Driving into a land of 75 mile per hour speed limits, motorcyclists with a “no helmet” option, and signs posted outside of restaurants and shops informing patrons of just when they can or can not bear their firearm…subtle changes like this remind me of the beauty and the strangeness that it can be to enter another culture, even if that means merely crossing the state line that is 276 miles away from home. Two words that can fill my mind and soul with such sun-warmed memories of contentment like no other words can…road trip.
My mother, a very spontaneous traveler and day-tripper, was yearning for a little getaway to celebrate the infamous and highly academic spring break. Through an everyday conversation with my uncle, my mother discovered that he’d never seen the Grand Canyon. She also remembered that although I’ve climbed Mt. Fuji, have glided over the marine life of the Great Barrier Reef, and have island-hopped around Tahiti, I’ve never seen one of the greatest natural beauties in my own backyard. Bam! It hit her – this could be the spring break trip she was longing for – perfect road trip material: 8-hour car trip, a wonder to behold, and reasonably priced accommodations. She was all set, within a matter of two days she made the necessary calls, checking in with lodging options, confirming serious interest on behalf of my uncle and myself, and was set to run off on a moment’s notice…until she remembered the appointment she’d set up for that pesky pain in her foot. One doctor visit later and it turns out my mom has a minor, but definitely bothersome fracture in her foot. Her hopes were crushed. Disappointed that it didn’t work out for Spring Break, my mother was still determined to make the trip happen. Just three to four weeks after her doctor visit and armed with a very attractive “boot” to protect her foot, we set out on our adventure.
To say that the Grand Canyon is awe-inspiring or even magnificent is a complete understatement. Each step we took, I admired the changing landscape, marveled at the striations in color and rock, and tried to capture what I felt swelling inside with the lens of my camera. I did my best, but even after two days and 249 pictures (and that’s after weeding out duplicates) I failed miserably.
Grand Canyon vista from Hopi Point
Aside from the view, I thoroughly enjoyed being able to gain a “Glimpse into Geology” through a Ranger program, arrange my own self-guided tour via cell phone,
and hop on the free shuttle to travel from one end of the South Rim to the farthest stop West. We were reminded of the three types of rock: sedimentary, igneous, and metamorphic. We learned about the four conditions that in their divine happening together resulted in the majesty that is the Grand Canyon – deposition, uplifting, down-cutting (of the Colorado River’s waters), and erosion – easily remembered by the pneumonic D-U-D-E! But what made the Grand Canyon getaway for me truly memorable was the gathering of so many from all over the world – Sweden, India, South Korea, Germany, Japan, France, Portugal, Brazil, all over! Listening to the many languages, seeing products with unfamiliar labels and brands, appreciating subtle differences in greetings, love it! Add to that the inclusion of so many accessible and fascinating resources – Ranger-lead hikes and programs, free shuttles with incredibly friendly drivers, and the preservation and sharing of such great history.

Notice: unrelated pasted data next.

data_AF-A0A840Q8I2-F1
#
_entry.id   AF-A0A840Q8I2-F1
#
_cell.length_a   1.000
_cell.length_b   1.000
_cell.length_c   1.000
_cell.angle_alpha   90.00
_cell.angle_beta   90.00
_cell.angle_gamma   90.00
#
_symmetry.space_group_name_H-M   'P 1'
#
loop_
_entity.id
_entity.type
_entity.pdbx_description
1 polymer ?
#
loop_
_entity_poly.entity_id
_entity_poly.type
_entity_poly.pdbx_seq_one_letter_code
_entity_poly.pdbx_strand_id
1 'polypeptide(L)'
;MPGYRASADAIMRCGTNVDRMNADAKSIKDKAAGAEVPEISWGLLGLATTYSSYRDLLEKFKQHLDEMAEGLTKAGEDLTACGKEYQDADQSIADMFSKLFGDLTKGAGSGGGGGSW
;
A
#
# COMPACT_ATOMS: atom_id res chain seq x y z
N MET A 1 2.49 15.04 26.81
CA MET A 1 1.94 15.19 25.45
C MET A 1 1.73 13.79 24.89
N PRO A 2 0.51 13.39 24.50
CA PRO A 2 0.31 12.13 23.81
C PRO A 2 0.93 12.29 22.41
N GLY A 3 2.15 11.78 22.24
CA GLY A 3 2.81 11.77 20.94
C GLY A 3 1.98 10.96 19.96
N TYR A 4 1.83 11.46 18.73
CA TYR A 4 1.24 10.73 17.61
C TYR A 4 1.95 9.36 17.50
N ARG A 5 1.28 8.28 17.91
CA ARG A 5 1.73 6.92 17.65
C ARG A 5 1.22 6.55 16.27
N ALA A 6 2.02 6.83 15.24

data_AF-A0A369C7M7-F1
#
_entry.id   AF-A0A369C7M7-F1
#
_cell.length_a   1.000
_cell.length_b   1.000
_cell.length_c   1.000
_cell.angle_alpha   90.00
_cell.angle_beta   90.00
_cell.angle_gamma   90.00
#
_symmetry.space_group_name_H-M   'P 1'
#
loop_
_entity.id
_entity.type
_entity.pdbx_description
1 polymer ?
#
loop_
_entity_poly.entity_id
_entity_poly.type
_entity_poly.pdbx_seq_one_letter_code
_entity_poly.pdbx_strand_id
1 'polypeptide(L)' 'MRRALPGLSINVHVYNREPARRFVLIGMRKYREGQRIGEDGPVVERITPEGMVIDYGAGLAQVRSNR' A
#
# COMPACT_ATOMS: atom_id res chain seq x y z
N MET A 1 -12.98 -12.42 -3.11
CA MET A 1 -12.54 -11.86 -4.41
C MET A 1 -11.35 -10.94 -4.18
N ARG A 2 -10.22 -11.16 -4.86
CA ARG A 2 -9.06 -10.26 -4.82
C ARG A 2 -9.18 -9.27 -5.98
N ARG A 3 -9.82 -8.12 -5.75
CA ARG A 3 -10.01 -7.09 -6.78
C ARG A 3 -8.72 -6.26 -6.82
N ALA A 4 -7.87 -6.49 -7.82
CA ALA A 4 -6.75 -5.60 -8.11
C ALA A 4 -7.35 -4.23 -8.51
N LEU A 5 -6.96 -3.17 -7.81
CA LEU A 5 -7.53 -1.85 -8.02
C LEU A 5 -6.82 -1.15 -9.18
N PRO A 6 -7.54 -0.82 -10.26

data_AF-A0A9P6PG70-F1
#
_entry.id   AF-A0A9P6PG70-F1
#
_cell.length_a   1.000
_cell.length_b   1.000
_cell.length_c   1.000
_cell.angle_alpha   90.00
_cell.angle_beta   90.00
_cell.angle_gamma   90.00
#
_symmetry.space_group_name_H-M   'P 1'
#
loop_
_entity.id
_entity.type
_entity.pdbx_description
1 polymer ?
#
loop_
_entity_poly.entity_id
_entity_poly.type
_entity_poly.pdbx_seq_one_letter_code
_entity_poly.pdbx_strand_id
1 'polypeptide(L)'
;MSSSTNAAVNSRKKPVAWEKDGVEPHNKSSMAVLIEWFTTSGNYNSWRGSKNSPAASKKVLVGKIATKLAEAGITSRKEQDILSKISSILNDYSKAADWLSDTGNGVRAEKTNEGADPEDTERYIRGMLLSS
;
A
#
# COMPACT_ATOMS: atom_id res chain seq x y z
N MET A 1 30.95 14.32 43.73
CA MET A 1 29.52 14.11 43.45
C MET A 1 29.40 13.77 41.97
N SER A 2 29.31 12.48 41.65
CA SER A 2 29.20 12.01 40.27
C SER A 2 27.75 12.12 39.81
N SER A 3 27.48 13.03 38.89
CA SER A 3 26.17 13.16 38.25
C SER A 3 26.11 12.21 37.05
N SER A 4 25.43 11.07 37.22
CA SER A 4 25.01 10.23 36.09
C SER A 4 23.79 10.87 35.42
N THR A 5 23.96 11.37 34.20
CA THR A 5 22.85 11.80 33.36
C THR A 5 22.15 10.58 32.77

Sign for mobile Ranger audio tour
How cool to learn (again – sure I learned it before in school) that when Franklin Delano Roosevelt stepped into his challenging seat as President in 1932 he chose to stimulate the economy, occupy many unwillingly idle young men, and work to conserve our nation’s natural resources by developing the CCC, otherwise known as the Civilian Conservation Corps. How interesting to discover that the North Rim of the Grand Canyon is actually about 1,000 feet higher than the South Rim. Really? Mules go through a training program of a year before they can carry folks down into the canyon (I hope so!) – wow! We learned so much. But more than that, we had great fun. Car games like listing musical artists and bands from A to Z, then to actors, producers, and directors, stumped to come up with any performers to fit the “Z” – aside from the Zappa family, of course. Wondering about such earth-shaking quandaries as “what’s the difference between salami and pepperoni?” And delving into the far corners of our memories, trying to remember just what were those yummy chocolate and peanut-buttery wafery cookies that came two to pack in foil-wrapped paper? No, we didn’t debate the pressing issues of our time, we didn’t solve the world’s problems, we didn’t even come up with a proposal for world peace, but what we did was step out of time for a couple of days, enjoy one of God’s many gifts, and rest in the company of family. Good times. Good trip. Wish you were there.
Even if you weren’t there, if you know what is the difference between salami or pepperoni, or even a raven and a crow, for that matter, OR if you remember what those yummy chocolate and peanut-buttery-wafery snacks were –- do share – and you’ll be well on your way to your own road trip discoveries.